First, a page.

Please use this identifier to cite or link to this item: http://hdl.handle.net/10397/82798
Title: Design and fabrication of lanthanide-doped upconversion particles for optical applications
Authors: Wang, Ting
Degree: Ph.D.
Issue Date: 2019
Abstract: Upconversion (UC) emission via lanthanide (Ln3+) ions is a nonlinear optical process that can convert near-infrared (NIR) pump light to visible output. A wide emission wavelength from ultraviolet (UV) to infrared regime, which can be obtained from the Ln3+-doped UC materials, is a necessary condition to realize broadband-tunable lasers. However, the relatively low UC emission efficiency leads to the high excitation threshold of Ln3+-doped UC lasers. If the lasing threshold can be further reduced, the wide bandwidth emission characteristics of UC lasers may find enormous applications such as all-optical on-chip information processing, biomedical imaging, and optogenetics. Therefore, in this thesis, we propose using Ln3+-doped UC particles, including the micro- and nano-particles, to obtain multi-wavelength lasing emission based on improving UC emission efficiency. In chapter 3, Ln3+ ions (Yb3+, Er3+, and Tm3+) doped β-NaYF4 hexagonal microrods are proposed to support UC lasing emission under 980 nm ns-pulsed laser excitation. The single β-NaYF4 hexagonal microrod, which hexagonal shape supports whispering gallery modes (WGMs), obtains multi-wavelength lasing emission under 980 nm ns-pulsed laser excitation. Initially, UC lasing emission intensities at red/green/blue (RGB) areas are optimized by modulating the Ln3+ concentration and then further controlling the β-NaYF4 hexagonal microrods radius to decrease the lasing threshold. In this chapter, the RGB and white lasing emissions are successfully produced. In chapter 4, we further improve the single β-NaYF4 hexagonal microrods UC lasing intensity by introducing surface plasmonic effect. Here, Ag film is utilized to introduce the plasmonic effect and the experimental results show that the spontaneous UC emission intensity of the single β-NaYF4 hexagonal microrods can be increased by more than 10 times and the values of the UC lasing threshold can be decreased by 50%. Besides, we note that the UC improvement is due to the optical coupling between the WGMs and the surface plasmonic resonance modes. UC characteristics of Ln3+-doped nanoparticles on the lasing enhancement are investigated in chapter 5. Firstly, we find visually that the improvement of UC photoluminescence is due to the suppression of surface-related deactivations of the nanoparticles. This can be done by using aberration corrected high angle annular dark field (HAADF) scanning transmission electron microscopy (STEM) to directly observe the surface conditions of KLu2F7:Yb3+, Er3+ bare core UC nanoparticles in atomic scale. Due to the very thin and uniform thickness of the KLu2F7 nanoparticles, we observe unambiguously that the removal of surface defects by using the thermal annealing method can enhance UC photoluminescence. The realization of dominant green lasing emission under 980 nm ns-pulsed laser excitation further confirm the high crystallinity of the KLu2F7 nanoparticles. Although the use of thermal annealing can strongly suppress the surface defects of Ln3+-doped UC nanoparticles during their growth process, the corresponding mechanism of surface defects restoration process is still unknown. Understanding the detail growth process of the UC nanoparticles can guide us to improve the UC efficiency of Ln3+-doped nanoparticles. In chapter 6, we observe the growth process of Yb3+, Er3+ co-doped LuF3 nanoparticles by using in situ transmission electron microscopy (TEM) imaging technique to deduce the corresponding surface defects restoration mechanism. Here, we verify that the enhancement of LuF3 nanoparticles UC efficiency can be realized by crystallization of the surface clusters of the LuF3:Yb3+, Er3+ nanoparticles. This is because the surface clusters act as defect centers which decrease the UC efficiency of the nanoparticles. Hence, it is shown that the enhancement of UC intensity can be attributed to the removal of surface defects after using the thermal annealing method during the nanoparticles growth process.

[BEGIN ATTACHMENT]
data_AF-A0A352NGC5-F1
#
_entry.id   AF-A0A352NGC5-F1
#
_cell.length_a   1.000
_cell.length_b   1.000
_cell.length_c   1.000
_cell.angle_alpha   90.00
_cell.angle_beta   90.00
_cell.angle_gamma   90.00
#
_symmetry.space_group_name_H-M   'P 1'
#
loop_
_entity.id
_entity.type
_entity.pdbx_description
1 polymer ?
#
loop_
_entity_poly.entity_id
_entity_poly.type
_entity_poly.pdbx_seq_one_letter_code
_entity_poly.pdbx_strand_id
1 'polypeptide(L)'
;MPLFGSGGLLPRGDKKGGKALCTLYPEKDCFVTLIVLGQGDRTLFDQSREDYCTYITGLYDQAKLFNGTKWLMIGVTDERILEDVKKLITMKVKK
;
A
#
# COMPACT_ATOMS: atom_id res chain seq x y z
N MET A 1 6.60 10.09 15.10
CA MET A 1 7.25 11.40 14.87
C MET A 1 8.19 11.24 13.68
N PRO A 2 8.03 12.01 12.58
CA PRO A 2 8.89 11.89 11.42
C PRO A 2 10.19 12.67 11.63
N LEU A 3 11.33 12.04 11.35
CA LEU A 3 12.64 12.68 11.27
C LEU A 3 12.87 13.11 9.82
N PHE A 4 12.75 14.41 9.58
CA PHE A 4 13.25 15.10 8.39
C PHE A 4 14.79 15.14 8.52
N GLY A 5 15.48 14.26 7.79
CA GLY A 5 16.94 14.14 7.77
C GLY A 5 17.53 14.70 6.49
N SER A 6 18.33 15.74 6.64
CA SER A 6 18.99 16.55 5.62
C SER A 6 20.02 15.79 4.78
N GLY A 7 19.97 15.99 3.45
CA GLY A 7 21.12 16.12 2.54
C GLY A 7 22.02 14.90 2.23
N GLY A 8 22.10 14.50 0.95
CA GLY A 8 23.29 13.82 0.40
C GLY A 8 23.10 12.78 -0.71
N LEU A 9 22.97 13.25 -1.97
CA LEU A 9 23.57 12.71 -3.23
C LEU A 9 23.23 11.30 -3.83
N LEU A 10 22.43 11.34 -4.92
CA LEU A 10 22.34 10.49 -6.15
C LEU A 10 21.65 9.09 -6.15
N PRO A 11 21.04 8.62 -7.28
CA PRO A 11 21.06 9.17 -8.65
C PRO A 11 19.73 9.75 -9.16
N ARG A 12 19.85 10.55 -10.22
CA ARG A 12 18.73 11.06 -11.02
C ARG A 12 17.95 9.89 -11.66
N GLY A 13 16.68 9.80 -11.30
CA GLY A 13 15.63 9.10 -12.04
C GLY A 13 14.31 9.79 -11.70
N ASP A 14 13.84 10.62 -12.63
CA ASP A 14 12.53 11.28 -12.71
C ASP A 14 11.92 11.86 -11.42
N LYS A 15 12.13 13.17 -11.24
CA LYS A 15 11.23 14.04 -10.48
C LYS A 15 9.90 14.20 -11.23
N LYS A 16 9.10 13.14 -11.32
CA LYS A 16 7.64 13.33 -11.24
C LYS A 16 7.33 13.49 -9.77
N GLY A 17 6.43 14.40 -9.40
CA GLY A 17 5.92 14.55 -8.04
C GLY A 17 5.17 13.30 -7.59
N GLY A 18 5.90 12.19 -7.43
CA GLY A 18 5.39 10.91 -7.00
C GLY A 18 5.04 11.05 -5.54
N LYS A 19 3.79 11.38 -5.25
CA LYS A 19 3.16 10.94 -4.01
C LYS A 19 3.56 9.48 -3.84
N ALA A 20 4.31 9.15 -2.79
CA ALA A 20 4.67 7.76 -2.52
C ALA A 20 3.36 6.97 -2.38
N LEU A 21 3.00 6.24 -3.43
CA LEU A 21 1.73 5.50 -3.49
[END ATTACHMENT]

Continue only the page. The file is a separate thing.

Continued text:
Subjects: Hong Kong Polytechnic University -- Dissertations
Lasers
Nanoparticles
Pages: xxv, 131 pages : color illustrations
Appears in Collections:Thesis

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